What about from a gamer’s perspective though? Is it worth your hard-earned?
ATVG thinks so.
Continue reading “Review: Ammo Pigs: Armed & Delicious – Vegan Friendly”
There is a world of difference between simply borrowing from classic games and genres, and paying homage, and everything that Evoland 2 does, falls confidently into the latter category.
While developer Shiro Games has built an entire game around the idea of paying homage to predecessors, it has still somehow managed to forge an experience out of that melting pot that identifies as its own.
It’s an impressive high-wire act that deserves high praise.
Hit the page 2 button below for more.
In one of our earlier preview pieces on Morphite, we listed off a few of the classics that inspired collaborators Crescent Moon Games and Blow Fish Studios, such as Metroid Prime and Zelda. Crescent Moon Games’ official site for Morphite reels off even more beloved franchises – Ratchet and Clank, and Turok.
Inspirations and influences are inevitable, but committing them to words on screens for an upcoming game is bold, especially with such legendary names being thrown about. The danger is two-fold – setting expectations beyond the achievable, and releasing a product that’s merely a sum of its inspirations, with nothing to distinguish it as its own game.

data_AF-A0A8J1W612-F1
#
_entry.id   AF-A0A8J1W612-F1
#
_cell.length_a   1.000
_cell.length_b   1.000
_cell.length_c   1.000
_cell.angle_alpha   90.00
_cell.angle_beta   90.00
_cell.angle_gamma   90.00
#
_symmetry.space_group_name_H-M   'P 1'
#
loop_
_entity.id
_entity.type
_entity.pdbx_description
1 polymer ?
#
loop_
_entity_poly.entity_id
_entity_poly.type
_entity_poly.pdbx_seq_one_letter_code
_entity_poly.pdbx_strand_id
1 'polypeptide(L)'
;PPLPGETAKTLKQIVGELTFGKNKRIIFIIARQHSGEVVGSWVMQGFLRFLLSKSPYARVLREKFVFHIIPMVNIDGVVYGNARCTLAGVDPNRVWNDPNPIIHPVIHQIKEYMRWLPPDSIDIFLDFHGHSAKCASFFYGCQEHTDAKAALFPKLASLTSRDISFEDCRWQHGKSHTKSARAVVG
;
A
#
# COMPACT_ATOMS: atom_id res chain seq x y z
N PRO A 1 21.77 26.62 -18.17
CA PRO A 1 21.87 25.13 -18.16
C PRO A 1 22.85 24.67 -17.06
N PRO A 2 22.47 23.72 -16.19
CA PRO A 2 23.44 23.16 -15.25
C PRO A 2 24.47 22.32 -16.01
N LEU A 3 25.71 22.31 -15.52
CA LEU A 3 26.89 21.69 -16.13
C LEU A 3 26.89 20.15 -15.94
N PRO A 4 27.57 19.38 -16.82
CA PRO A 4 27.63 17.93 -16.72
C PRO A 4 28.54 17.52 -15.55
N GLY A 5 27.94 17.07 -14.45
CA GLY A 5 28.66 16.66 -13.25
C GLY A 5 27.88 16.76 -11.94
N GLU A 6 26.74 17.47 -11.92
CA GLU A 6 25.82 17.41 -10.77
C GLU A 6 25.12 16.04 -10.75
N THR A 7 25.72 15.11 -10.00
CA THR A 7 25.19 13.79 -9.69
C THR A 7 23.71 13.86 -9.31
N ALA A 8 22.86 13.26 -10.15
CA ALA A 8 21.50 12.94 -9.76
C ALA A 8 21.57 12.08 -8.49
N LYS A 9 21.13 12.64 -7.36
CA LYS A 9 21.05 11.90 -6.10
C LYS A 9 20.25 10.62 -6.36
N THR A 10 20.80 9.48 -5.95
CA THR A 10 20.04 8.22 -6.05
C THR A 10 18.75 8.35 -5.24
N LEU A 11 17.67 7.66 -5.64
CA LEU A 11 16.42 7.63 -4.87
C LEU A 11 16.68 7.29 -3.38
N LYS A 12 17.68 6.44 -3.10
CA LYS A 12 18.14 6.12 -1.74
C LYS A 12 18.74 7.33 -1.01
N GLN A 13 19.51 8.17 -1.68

How about Morphite then? Does it manage to climb off the shoulders of the giants that inspired it, and stand on its own?
Hit page 2 for more.
In the lead up to the release of Framed 2, the original Framed was featured as Apple’s Free App of the Week. It was a nice way to create some awareness for the sequel (which is actually a prequel), and a great way to get up to speed for those who hadn’t enjoyed the original yet.
But how does Loveshack’s much anticipated follow-up stack up? If we were to compare it to film versions of origin stories, would it be a Phantom Menace, or a Batman Begins?
Step on through to page 2 to find out.